Significant "Digital Copyright" legislation is currently in the public consultations phase.Discuss (via The Adventures of AccordionGuy in the 21st Century)
This is the process: http://strategis.ic.gc.ca/SSG/rp01100e.html
This is the consultation paper itself: http://strategis.ic.gc.ca/SSG/rp01099e.html
This legislation will impact all of our lives on both the professional and the personal level. In the smaller sense by creating rules and regs. to control/define much of the legal (and not so legal) freedoms that we take for granted on the Internet.
In the larger sense it impacts us by formalizing a new balance between the interests and rights of creators vs. brokers vs. consumers of intellectual "property".
If you want to say to your grand-kids, "I was there when they wrote that piece-of-junk || excellent bill", you might want to attend these hearings.
There is, however, one sobering statistic which may eventually cause even Congress to balk at the studios' arrogance. US domestic spending on computing technology is running at $600 billion a year, while Hollywood generates a measly $35bn.Link Discuss (via Intersting People)
To concede the demand for copy protection would be tantamount to compelling a huge, dynamic industry to march to the soporific beat of a technophobic industry desperate to preserve its obsolete business models.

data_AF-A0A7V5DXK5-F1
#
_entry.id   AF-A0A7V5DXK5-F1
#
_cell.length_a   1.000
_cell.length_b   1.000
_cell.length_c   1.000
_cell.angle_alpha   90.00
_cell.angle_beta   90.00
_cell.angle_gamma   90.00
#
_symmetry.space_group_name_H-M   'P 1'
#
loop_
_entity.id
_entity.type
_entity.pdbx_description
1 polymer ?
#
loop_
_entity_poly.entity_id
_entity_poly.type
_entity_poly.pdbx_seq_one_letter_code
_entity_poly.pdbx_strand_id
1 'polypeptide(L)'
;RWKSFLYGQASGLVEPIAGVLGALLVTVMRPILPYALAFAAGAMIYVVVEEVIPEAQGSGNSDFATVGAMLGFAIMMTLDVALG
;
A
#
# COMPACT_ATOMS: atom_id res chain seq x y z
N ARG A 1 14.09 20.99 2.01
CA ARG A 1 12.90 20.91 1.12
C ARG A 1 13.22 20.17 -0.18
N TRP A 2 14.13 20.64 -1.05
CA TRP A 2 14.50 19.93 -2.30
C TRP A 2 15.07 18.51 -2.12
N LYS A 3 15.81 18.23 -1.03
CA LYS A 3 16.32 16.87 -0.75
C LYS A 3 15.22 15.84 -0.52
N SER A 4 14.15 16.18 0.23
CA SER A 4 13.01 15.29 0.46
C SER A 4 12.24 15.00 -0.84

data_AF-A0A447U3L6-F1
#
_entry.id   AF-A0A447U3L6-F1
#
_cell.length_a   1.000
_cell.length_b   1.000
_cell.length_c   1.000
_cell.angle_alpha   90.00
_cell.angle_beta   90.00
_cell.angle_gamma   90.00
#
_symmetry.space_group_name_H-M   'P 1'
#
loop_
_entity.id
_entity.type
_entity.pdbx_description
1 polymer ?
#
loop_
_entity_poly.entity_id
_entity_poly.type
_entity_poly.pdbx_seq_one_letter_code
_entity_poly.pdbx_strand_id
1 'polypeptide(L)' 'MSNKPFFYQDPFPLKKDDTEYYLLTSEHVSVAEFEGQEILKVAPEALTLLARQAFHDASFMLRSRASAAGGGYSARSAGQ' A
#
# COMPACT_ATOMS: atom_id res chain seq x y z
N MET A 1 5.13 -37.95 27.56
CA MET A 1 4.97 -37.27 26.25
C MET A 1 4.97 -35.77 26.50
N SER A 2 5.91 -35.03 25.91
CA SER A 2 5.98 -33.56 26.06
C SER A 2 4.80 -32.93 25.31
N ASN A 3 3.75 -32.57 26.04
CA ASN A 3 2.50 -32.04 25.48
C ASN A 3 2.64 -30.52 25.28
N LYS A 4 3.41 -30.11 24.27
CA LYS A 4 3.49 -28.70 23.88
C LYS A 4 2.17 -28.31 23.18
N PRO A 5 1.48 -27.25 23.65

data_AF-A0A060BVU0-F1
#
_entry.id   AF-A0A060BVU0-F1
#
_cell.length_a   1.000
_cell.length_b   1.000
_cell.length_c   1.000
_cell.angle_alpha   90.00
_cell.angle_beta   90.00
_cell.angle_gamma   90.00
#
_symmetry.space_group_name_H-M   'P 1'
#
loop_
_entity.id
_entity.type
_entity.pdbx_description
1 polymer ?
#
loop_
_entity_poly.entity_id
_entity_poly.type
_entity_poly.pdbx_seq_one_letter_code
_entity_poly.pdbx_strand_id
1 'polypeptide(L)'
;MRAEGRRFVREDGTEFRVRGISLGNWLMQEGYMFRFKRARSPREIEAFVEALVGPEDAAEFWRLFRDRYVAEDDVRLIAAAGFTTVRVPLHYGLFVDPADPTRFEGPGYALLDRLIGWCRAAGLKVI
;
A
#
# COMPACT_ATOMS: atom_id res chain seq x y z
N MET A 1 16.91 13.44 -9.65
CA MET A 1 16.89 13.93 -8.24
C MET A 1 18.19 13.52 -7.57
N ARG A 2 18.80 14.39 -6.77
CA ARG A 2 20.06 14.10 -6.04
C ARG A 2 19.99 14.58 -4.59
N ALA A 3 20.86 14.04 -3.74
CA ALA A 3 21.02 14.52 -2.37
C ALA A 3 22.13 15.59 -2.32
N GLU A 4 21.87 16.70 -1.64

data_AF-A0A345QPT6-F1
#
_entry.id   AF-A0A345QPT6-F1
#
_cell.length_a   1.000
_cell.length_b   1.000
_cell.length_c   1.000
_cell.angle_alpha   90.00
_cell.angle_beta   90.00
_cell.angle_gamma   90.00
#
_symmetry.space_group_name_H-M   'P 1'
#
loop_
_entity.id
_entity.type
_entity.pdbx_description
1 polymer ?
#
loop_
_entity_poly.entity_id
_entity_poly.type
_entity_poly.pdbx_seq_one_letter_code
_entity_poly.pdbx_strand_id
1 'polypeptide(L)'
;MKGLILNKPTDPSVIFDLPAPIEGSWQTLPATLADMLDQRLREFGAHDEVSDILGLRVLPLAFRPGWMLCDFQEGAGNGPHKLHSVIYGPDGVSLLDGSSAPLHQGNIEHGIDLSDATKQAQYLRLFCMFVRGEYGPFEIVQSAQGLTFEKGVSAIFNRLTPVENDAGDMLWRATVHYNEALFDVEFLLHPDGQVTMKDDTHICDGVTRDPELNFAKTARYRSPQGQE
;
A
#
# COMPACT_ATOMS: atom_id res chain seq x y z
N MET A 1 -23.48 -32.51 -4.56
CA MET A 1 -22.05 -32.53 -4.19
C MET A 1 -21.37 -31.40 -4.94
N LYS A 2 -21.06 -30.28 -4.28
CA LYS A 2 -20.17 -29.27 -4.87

New research carried out in nine cities around the world shows that the thumbs of people under the age of 25 have taken over as the hand's most dexterous digit, said The Observer.Link Discuss (via /.)
The change affects those who have grown up with hand-held devices where the thumbs are used for keying in text messages and emails.
Well, time to add another notorious pirate organization to the list of defendants: Apple.
"Mac OS X's Preview program is able to ignore the security settings in an Acrobat encrypted file and do whatever it wants with the file. And if OS X's Preview can do this, then any program can be written to exploit this security hole. ... The process of destroying the security settings in an encrypted PDF document is surprisingly easy and straightforward."See the link below for explicit, step-by-step instructions for gaining access to the files you've purchased, even if the person who created them has set "protection" flags that defeat fair use, format-shifting, excerpting, and the Doctrine of First Sale. Link Discuss (Thanks, Seth!)
Entourage Email Archive (EEA X) is a simple and fast utility for archiving emails and attachments you have received or sent using Microsoft Entourage. Entourage Email Archive X can archive your email in three different ways:Link Discuss
* 1 - Archive email and/or attachments in the Finder
* 2 - Export or append email in a text file
* 3 - Export or append email in tab-text format
(for this function a freeware FileMaker Pro template is enclosed in EEA X folder)
* Settings 1 produce produce a Finder-structured-folders archive where emails and/or attachments are grouped by day.
* Settings 2 produce a long “paper trail” file that can be viewed with a robust text editor like BBEdit, Apple TextEdit or Microsoft Word.
* Settings 3 produce a tab-text file that can be imported into computer database programs like Filemaker Pro.